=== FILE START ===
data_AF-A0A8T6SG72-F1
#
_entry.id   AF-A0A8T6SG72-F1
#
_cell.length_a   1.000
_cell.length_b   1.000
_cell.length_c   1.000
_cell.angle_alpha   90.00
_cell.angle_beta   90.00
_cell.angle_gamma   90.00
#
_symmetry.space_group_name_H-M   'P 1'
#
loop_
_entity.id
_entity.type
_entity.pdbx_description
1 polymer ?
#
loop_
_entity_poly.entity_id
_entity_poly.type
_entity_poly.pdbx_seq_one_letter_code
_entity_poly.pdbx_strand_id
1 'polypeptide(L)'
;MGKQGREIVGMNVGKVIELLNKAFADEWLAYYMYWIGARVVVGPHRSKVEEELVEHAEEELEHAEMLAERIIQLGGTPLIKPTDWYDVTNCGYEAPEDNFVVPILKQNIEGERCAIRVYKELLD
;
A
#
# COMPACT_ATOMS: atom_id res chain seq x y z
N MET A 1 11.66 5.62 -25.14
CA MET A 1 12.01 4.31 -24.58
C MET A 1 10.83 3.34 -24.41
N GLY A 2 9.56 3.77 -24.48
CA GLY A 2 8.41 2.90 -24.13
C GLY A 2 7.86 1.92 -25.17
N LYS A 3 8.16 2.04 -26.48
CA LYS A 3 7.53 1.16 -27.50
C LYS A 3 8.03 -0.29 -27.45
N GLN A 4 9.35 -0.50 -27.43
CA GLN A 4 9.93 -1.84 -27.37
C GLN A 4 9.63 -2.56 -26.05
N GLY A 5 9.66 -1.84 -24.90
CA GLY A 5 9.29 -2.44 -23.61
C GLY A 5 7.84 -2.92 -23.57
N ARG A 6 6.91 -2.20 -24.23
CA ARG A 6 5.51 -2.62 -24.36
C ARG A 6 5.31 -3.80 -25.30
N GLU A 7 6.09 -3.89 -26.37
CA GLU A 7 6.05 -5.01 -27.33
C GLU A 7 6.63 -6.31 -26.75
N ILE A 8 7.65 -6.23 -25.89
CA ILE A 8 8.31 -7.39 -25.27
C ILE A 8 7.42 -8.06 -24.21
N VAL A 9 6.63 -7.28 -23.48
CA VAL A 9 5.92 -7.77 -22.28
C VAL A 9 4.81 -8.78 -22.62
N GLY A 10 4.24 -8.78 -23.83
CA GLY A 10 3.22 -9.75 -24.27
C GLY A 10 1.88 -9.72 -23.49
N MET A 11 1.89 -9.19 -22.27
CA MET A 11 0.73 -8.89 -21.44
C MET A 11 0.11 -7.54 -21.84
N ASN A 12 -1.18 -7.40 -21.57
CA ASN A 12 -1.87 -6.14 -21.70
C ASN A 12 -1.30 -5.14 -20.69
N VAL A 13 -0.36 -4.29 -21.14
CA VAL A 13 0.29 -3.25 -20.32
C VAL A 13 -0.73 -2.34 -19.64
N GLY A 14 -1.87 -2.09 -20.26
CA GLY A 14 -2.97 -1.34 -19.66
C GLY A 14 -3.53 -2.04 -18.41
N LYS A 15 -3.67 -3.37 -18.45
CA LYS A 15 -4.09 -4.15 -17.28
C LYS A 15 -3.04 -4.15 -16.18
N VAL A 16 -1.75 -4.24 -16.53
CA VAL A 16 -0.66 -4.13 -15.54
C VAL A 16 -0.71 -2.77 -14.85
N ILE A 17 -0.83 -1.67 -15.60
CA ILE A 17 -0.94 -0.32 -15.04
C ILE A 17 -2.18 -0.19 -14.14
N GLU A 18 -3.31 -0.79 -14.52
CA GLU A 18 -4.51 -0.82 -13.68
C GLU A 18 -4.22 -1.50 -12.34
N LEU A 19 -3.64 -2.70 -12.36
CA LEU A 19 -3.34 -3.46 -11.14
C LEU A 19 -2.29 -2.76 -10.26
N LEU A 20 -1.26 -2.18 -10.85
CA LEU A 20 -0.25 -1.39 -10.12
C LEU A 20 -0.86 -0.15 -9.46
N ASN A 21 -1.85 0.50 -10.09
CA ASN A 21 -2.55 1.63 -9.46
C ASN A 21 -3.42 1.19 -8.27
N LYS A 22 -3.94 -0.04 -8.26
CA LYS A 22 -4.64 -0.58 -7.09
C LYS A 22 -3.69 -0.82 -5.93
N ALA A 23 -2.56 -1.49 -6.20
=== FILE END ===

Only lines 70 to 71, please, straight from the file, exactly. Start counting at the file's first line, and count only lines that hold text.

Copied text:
N GLY A 14 -1.87 -2.09 -20.26
CA GLY A 14 -2.97 -1.34 -19.66